“The restructuring of high-cost debt is another essential instrument to provide fiscal space and development finance for the affected developing countries,” he added.

He pointed out that any “common framework” for debt restructuring should not involve protracted negotiations that could defeat the purpose of relief.

Imran Khan emphasized on fulfillment of the commitments made to provide concessional and grant finance to developing countries, including the 0.7 percent Official Development Assistance (ODA) commitment, and the advanced IDA-20 window of $50 billion.

“Similarly, fulfilment of the commitment made by developed countries to provide $100 billion per year in climate finance is vital, including for the success of the COP-26 in Glasgow,” he stressed.

He mentioned that the accumulated climate finance commitment now amounted to over $1 trillion, adding that the amounts offered for development cooperation, including ODA, could not be double-counted as part of the climate finance commitment.

He stressed that at least, 50 per cent of the climate finance should be allocated for adaptation.

“It would enable developing countries to implement their climate commitments in accordance with the principle of common but differentiated responsibilities,” he added.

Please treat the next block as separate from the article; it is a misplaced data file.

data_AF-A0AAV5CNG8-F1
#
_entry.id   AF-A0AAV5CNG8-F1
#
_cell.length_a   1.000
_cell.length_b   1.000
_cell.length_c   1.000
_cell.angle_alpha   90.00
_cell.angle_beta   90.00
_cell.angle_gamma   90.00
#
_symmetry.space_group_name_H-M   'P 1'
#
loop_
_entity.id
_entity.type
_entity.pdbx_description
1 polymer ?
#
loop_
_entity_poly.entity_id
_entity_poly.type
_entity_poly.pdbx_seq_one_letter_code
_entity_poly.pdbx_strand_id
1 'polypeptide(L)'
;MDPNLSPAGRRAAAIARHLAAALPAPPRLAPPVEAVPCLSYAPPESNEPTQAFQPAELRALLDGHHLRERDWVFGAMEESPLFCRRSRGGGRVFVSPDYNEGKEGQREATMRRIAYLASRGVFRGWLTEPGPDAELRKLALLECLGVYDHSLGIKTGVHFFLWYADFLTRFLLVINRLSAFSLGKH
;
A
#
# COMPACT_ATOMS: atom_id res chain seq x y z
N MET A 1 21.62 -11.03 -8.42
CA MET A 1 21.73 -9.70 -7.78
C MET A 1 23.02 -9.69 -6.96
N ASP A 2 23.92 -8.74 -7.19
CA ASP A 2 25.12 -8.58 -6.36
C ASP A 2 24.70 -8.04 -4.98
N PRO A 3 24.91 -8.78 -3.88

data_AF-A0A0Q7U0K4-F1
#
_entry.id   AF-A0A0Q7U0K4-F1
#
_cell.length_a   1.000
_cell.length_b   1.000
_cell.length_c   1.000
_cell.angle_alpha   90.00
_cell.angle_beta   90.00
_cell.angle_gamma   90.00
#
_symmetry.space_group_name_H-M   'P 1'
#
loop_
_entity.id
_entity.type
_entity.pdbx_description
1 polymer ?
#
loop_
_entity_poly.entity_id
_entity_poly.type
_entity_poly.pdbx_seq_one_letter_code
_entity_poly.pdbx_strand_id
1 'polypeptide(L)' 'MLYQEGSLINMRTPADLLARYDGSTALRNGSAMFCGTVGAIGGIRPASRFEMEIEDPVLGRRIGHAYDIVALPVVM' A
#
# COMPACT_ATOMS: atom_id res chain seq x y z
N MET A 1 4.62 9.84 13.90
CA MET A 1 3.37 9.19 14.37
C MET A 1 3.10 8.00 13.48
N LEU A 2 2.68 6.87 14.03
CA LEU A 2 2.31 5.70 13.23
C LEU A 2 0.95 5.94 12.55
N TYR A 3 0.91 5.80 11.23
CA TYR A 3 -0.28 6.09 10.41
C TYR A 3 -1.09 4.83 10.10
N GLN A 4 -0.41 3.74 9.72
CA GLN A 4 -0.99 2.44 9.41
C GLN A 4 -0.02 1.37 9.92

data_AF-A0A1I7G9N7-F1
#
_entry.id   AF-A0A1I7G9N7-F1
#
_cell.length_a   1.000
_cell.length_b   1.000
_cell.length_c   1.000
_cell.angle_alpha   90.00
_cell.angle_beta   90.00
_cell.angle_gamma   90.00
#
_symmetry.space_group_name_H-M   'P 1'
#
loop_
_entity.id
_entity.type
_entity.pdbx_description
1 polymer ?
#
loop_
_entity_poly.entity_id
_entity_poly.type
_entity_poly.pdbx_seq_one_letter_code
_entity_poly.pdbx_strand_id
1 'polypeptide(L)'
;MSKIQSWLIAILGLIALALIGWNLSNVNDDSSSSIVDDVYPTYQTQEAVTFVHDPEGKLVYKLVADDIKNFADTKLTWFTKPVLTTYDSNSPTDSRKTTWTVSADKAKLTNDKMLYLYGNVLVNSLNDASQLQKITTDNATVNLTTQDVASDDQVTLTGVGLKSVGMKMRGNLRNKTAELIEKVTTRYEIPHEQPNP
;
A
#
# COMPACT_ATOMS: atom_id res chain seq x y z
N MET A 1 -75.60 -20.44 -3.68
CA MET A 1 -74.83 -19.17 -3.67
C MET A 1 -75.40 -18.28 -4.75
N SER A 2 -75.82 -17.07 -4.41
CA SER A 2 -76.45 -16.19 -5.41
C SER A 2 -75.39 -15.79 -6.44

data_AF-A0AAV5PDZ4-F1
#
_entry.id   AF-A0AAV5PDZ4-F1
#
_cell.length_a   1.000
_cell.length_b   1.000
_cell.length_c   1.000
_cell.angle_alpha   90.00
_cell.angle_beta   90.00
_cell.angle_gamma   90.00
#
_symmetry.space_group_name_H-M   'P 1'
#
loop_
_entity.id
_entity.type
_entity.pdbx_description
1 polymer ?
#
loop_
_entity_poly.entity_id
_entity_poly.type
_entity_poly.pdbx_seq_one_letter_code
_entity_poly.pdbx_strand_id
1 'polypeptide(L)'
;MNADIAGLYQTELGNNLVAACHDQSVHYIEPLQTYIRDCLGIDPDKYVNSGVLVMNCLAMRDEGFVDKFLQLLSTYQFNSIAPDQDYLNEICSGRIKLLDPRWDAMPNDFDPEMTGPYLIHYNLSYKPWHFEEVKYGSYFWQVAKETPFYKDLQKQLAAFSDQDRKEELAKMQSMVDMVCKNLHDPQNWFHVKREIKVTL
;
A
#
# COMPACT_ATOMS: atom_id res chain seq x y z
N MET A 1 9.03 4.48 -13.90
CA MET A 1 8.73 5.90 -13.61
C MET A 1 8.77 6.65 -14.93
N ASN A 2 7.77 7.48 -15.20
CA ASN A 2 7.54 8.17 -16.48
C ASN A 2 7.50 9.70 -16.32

The prime minister in this regard highlighted Pakistan’s landmark projects including the “Recharge” initiative and 10 Billion Tree Tsunami project, which he said could benefit greatly from such support.

He called upon the countries to focus in their national and international development strategies on the target sectors including COVID recovery, human development, social protection, renewable energy, sustainable agriculture, climate change and digitalization.

“Investment in sustainable infrastructure, which impacts 92 percent of the SDGs, must be a central part of development strategies,” he added.

He urged the UN to initiate a multi-stakeholder dialogue to mobilize the $1 trillion investment required annually in sustainable infrastructure besides attracting public and private investment through its SDG Investment Fair.

Imran Khan said protectionist measures erected by some major economies in violation of the WTO agreements needed to be rescinded to check illicit finance flowing out of the developing countries must be halted.

Endorsing the 14 recommendations of the FACTI Panel, he welcomed the proposal of the United States for a minimum global corporate tax to prevent profit shifting and tax evasion.

“We must focus on peaceful and just resolution of disputes and promote international cooperation for building a more equitable, stable and prosperous world,” he said.

The theme of the 2021 High-Level Political Forum (HLPF) is achieving a sustainable and resilient recovery from the COVID-19 pandemic that puts us on a path for achieving the 2030 Agenda and the SDGs.

The Prime Minister has been regularly addressing this theme at various international fora and has put forth several practical recommendations in that regard, many of which are in the process of implementation.

The HLPF discusses the policies that have been implemented so far to respond to the pandemic and its impacts.

The HLPF is convened every year under the auspices of the UN Economic and Social Council (ECOSOC) – which is currently presided over by Ambassador Munir Akram, Permanent Representative of Pakistan to the UN in New York.